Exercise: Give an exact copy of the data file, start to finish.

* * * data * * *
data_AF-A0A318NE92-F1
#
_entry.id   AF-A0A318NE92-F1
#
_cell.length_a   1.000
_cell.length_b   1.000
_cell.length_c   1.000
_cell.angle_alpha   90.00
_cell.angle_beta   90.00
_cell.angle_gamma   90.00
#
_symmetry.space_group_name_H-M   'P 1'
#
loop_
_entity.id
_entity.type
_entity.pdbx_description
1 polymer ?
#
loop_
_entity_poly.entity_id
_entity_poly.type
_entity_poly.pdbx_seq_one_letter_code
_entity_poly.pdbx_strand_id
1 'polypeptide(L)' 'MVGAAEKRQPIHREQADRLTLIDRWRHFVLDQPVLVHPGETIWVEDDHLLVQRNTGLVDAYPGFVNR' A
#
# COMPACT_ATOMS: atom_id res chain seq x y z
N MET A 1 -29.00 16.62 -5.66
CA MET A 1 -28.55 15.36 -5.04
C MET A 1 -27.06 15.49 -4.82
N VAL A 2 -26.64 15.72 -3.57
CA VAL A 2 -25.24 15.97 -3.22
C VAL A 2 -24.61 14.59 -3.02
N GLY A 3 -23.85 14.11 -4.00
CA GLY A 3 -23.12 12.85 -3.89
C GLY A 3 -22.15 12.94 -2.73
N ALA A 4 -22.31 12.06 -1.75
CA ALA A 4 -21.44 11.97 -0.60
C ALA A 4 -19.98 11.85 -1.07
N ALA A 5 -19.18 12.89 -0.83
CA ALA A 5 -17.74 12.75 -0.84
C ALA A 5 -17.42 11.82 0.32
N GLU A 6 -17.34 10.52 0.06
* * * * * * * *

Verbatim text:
data_AF-A0A318NE92-F1
#
_entry.id   AF-A0A318NE92-F1
#
_cell.length_a   1.000
_cell.length_b   1.000
_cell.length_c   1.000
_cell.angle_alpha   90.00
_cell.angle_beta   90.00
_cell.angle_gamma   90.00
#
_symmetry.space_group_name_H-M   'P 1'
#
loop_
_entity.id
_entity.type
_entity.pdbx_description
1 polymer ?
#
loop_
_entity_poly.entity_id
_entity_poly.type
_entity_poly.pdbx_seq_one_letter_code
_entity_poly.pdbx_strand_id
1 'polypeptide(L)' 'MVGAAEKRQPIHREQADRLTLIDRWRHFVLDQPVLVHPGETIWVEDDHLLVQRNTGLVDAYPGFVNR' A
#
# COMPACT_ATOMS: atom_id res chain seq x y z
N MET A 1 -29.00 16.62 -5.66
CA MET A 1 -28.55 15.36 -5.04
C MET A 1 -27.06 15.49 -4.82
N VAL A 2 -26.64 15.72 -3.57
CA VAL A 2 -25.24 15.97 -3.22
C VAL A 2 -24.61 14.59 -3.02
N GLY A 3 -23.85 14.11 -4.00
CA GLY A 3 -23.12 12.85 -3.89
C GLY A 3 -22.15 12.94 -2.73
N ALA A 4 -22.31 12.06 -1.75
CA ALA A 4 -21.44 11.97 -0.60
C ALA A 4 -19.98 11.85 -1.07
N ALA A 5 -19.18 12.89 -0.83
CA ALA A 5 -17.74 12.75 -0.84
C ALA A 5 -17.42 11.82 0.32
N GLU A 6 -17.34 10.52 0.06